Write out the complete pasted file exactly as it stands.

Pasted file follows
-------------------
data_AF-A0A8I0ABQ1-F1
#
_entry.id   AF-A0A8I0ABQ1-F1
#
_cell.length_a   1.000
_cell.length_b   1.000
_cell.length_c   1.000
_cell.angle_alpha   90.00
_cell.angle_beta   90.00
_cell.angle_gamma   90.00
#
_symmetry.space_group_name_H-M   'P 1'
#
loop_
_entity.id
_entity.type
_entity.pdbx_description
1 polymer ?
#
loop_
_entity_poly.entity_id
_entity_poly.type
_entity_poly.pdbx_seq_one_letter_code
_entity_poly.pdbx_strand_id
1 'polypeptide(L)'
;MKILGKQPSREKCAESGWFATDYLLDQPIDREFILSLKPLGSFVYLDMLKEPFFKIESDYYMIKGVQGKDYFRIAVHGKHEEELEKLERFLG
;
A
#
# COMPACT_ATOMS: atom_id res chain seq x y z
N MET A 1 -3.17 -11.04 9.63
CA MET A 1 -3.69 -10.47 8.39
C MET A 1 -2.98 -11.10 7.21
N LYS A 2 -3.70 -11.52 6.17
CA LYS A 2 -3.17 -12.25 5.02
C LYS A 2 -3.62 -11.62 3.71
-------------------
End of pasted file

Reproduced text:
data_AF-A0A8I0ABQ1-F1
#
_entry.id   AF-A0A8I0ABQ1-F1
#
_cell.length_a   1.000
_cell.length_b   1.000
_cell.length_c   1.000
_cell.angle_alpha   90.00
_cell.angle_beta   90.00
_cell.angle_gamma   90.00
#
_symmetry.space_group_name_H-M   'P 1'
#
loop_
_entity.id
_entity.type
_entity.pdbx_description
1 polymer ?
#
loop_
_entity_poly.entity_id
_entity_poly.type
_entity_poly.pdbx_seq_one_letter_code
_entity_poly.pdbx_strand_id
1 'polypeptide(L)'
;MKILGKQPSREKCAESGWFATDYLLDQPIDREFILSLKPLGSFVYLDMLKEPFFKIESDYYMIKGVQGKDYFRIAVHGKHEEELEKLERFLG
;
A
#
# COMPACT_ATOMS: atom_id res chain seq x y z
N MET A 1 -3.17 -11.04 9.63
CA MET A 1 -3.69 -10.47 8.39
C MET A 1 -2.98 -11.10 7.21
N LYS A 2 -3.70 -11.52 6.17
CA LYS A 2 -3.17 -12.25 5.02
C LYS A 2 -3.62 -11.62 3.71